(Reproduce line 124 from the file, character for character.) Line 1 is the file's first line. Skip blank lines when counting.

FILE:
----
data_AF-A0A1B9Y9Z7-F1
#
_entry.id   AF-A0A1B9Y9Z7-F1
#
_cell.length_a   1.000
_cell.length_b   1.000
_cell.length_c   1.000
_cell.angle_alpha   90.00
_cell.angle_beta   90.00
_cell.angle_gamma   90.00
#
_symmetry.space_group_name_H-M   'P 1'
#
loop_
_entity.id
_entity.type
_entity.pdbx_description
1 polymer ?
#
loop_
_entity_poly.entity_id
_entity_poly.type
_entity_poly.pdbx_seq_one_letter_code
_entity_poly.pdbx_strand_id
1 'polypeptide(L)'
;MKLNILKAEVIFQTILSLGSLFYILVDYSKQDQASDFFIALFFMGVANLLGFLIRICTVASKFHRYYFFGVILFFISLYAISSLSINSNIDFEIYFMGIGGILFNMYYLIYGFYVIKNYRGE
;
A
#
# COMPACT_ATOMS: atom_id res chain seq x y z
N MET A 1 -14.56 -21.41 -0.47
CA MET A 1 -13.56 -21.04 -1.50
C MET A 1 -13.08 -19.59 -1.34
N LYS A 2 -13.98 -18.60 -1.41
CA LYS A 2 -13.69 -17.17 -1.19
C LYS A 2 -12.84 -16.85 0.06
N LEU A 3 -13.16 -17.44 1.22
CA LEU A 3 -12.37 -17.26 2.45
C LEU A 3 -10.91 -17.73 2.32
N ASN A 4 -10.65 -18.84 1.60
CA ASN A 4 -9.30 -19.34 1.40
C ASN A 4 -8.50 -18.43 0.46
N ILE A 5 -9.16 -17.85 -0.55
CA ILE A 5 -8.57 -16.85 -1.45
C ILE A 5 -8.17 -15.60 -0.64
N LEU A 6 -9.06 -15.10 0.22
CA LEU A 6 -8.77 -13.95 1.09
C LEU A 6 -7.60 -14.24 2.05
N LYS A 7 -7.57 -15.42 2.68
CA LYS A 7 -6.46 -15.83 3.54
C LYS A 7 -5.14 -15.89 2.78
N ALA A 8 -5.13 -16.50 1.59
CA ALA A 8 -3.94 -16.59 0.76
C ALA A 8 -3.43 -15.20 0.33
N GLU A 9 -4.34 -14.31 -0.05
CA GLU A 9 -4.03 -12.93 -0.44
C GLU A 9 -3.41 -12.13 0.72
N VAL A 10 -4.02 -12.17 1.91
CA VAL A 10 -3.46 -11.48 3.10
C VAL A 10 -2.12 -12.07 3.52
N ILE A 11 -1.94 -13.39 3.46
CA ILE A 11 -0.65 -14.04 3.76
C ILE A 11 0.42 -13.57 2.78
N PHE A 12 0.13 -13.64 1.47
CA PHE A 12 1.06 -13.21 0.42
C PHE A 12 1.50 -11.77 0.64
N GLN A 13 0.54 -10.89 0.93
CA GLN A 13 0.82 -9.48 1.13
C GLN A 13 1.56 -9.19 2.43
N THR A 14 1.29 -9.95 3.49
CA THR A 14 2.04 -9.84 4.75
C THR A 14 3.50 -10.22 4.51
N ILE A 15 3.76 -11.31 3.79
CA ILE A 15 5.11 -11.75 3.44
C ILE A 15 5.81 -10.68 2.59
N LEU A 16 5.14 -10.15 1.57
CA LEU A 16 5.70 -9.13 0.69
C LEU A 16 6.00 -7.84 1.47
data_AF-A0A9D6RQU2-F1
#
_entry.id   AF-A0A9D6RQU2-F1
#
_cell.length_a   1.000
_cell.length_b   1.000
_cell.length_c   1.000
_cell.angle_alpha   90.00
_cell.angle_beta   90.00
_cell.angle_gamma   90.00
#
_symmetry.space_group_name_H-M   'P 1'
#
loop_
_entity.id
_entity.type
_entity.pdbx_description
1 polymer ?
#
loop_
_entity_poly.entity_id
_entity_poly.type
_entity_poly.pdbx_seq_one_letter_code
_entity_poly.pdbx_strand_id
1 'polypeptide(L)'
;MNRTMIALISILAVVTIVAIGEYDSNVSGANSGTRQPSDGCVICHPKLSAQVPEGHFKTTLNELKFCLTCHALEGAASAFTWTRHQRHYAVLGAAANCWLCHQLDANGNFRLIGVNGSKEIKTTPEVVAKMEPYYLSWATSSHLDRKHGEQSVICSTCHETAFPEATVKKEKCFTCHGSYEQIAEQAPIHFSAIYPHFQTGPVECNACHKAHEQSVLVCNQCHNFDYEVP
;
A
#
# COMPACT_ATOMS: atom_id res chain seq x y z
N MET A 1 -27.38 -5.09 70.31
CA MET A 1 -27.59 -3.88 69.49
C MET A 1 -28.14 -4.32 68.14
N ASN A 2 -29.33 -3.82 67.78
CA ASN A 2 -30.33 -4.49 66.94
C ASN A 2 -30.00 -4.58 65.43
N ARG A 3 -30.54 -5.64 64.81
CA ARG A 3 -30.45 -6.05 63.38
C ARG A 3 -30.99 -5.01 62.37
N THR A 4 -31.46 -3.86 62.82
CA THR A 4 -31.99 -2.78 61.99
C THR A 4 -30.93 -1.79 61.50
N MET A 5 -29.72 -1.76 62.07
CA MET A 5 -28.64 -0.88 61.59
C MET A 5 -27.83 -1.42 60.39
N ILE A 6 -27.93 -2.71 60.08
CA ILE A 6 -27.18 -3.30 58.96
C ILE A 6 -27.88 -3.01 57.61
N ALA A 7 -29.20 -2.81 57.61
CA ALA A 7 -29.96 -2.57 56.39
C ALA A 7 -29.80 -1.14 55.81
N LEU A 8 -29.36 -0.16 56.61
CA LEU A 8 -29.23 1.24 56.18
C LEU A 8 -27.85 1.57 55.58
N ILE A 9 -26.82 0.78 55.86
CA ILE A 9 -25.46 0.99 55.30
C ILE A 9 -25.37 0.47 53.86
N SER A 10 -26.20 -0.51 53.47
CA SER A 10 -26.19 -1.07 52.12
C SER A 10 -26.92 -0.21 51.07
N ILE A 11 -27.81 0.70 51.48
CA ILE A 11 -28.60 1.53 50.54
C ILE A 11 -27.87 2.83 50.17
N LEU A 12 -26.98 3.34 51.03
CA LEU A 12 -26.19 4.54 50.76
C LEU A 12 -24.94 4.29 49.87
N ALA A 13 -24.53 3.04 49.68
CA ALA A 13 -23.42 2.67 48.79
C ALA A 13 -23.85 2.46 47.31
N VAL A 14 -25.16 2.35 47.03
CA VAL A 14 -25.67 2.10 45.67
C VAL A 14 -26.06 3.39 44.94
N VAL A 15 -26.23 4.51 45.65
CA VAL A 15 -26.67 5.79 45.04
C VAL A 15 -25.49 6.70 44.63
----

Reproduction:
N ILE A 6 -27.93 -2.71 60.08